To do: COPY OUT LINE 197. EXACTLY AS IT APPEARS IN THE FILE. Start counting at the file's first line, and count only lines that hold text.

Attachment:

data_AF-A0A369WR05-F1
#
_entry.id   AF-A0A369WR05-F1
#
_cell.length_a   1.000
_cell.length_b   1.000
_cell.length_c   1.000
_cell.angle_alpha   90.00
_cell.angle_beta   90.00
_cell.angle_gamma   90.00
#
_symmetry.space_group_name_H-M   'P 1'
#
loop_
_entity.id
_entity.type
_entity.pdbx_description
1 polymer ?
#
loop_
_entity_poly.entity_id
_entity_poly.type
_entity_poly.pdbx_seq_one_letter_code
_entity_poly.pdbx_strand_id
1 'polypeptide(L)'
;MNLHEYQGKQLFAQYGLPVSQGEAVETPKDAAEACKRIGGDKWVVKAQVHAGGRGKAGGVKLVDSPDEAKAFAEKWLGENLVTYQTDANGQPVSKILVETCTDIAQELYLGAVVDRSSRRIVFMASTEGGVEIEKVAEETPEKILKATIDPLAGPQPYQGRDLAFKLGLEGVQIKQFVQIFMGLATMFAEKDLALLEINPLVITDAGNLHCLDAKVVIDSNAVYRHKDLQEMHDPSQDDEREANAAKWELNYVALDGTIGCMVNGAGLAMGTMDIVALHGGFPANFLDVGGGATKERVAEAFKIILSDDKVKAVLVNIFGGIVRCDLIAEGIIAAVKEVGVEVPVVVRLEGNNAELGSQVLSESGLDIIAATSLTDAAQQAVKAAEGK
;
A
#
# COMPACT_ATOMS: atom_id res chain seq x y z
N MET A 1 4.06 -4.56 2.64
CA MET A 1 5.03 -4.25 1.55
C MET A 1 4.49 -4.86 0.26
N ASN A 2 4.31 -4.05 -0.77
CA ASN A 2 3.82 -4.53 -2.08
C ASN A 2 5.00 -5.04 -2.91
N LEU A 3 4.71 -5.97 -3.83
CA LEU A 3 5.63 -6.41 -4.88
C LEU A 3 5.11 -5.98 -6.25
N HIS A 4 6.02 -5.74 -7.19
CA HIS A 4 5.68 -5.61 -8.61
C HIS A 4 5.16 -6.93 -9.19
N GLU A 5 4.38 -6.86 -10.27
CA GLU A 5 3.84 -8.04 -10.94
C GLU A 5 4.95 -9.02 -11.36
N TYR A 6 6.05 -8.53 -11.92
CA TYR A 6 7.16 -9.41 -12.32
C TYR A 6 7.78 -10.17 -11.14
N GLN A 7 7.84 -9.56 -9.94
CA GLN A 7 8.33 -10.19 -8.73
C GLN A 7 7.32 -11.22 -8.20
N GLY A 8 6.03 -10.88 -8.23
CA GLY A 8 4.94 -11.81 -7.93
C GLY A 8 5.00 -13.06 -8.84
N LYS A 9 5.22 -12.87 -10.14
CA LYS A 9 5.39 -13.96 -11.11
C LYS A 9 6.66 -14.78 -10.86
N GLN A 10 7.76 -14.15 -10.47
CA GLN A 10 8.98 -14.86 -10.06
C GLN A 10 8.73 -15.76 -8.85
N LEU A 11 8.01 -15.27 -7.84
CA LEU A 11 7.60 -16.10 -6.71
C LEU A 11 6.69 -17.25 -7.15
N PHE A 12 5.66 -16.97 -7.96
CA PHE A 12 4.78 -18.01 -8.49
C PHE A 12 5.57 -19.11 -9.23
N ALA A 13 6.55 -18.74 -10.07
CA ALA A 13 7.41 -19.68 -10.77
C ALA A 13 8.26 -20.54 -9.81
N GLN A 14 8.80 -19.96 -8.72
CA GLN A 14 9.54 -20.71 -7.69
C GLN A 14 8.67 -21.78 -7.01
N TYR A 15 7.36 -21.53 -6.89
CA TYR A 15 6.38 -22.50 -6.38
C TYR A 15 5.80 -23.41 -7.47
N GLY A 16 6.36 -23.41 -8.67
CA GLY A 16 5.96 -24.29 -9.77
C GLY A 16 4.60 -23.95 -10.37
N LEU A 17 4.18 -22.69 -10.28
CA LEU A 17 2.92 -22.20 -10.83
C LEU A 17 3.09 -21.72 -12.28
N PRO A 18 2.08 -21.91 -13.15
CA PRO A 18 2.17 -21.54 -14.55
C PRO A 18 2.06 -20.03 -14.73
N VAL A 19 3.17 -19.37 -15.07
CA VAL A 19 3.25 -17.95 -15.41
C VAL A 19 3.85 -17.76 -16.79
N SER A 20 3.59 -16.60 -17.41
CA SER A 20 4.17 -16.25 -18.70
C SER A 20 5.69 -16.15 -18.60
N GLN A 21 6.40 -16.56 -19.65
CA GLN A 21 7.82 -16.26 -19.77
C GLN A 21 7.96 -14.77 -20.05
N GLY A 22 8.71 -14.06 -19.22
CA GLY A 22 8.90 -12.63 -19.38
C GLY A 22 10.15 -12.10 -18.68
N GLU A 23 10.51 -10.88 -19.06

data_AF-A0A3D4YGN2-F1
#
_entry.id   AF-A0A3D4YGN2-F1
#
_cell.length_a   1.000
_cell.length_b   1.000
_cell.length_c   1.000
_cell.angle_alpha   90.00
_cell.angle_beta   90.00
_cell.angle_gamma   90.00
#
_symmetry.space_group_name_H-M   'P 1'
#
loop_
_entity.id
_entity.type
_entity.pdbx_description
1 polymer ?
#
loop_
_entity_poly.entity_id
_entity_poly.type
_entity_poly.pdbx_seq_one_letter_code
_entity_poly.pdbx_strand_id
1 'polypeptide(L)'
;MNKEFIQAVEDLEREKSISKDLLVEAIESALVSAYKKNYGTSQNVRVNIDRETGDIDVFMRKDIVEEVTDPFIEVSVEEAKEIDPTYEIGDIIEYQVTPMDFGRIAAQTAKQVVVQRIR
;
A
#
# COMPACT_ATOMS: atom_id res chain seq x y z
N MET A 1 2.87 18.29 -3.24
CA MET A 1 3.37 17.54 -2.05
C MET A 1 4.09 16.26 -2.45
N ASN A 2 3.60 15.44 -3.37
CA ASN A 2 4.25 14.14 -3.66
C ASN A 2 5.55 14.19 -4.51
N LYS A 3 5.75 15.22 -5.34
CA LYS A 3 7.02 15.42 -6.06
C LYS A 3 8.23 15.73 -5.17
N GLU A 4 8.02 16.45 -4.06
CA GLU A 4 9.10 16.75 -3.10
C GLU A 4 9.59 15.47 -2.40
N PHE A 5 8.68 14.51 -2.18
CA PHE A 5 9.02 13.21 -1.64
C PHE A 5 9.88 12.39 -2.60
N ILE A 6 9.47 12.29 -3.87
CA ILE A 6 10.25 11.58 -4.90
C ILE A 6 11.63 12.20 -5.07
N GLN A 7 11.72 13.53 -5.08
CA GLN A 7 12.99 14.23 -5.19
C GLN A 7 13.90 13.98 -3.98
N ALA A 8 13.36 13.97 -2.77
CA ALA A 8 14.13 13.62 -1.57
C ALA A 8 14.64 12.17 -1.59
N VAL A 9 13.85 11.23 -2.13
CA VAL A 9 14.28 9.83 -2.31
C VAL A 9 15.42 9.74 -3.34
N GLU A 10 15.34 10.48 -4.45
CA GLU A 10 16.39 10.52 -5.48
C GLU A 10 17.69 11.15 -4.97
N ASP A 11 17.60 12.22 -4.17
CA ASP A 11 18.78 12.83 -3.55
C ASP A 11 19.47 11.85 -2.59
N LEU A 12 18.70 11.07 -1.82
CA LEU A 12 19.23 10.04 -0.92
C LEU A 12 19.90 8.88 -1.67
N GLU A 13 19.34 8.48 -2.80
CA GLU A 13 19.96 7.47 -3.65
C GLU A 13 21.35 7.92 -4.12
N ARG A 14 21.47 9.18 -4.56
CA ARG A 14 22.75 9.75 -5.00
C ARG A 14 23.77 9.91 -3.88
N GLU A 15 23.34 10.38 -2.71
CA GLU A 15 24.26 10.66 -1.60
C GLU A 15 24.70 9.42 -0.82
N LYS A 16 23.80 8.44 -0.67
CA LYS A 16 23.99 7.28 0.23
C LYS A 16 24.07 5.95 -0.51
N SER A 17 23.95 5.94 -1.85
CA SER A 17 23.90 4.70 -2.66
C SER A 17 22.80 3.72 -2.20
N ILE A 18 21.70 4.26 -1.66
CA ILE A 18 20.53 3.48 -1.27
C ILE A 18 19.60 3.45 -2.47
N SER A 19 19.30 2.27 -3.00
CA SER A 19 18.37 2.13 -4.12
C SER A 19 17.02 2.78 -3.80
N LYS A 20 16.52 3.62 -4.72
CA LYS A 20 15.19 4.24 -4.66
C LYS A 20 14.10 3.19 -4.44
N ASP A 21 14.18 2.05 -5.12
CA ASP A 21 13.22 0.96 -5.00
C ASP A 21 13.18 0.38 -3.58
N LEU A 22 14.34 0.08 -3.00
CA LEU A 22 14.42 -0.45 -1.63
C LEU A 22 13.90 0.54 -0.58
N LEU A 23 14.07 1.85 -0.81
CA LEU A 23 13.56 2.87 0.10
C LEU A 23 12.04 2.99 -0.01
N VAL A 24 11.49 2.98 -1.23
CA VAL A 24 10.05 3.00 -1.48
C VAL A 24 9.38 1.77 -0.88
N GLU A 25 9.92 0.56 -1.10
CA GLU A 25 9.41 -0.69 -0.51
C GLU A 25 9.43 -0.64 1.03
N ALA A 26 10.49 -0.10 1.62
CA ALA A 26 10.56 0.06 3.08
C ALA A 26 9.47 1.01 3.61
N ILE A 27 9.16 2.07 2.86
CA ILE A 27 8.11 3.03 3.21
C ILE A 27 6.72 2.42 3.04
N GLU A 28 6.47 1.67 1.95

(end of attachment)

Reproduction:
N VAL A 24 11.49 2.98 -1.23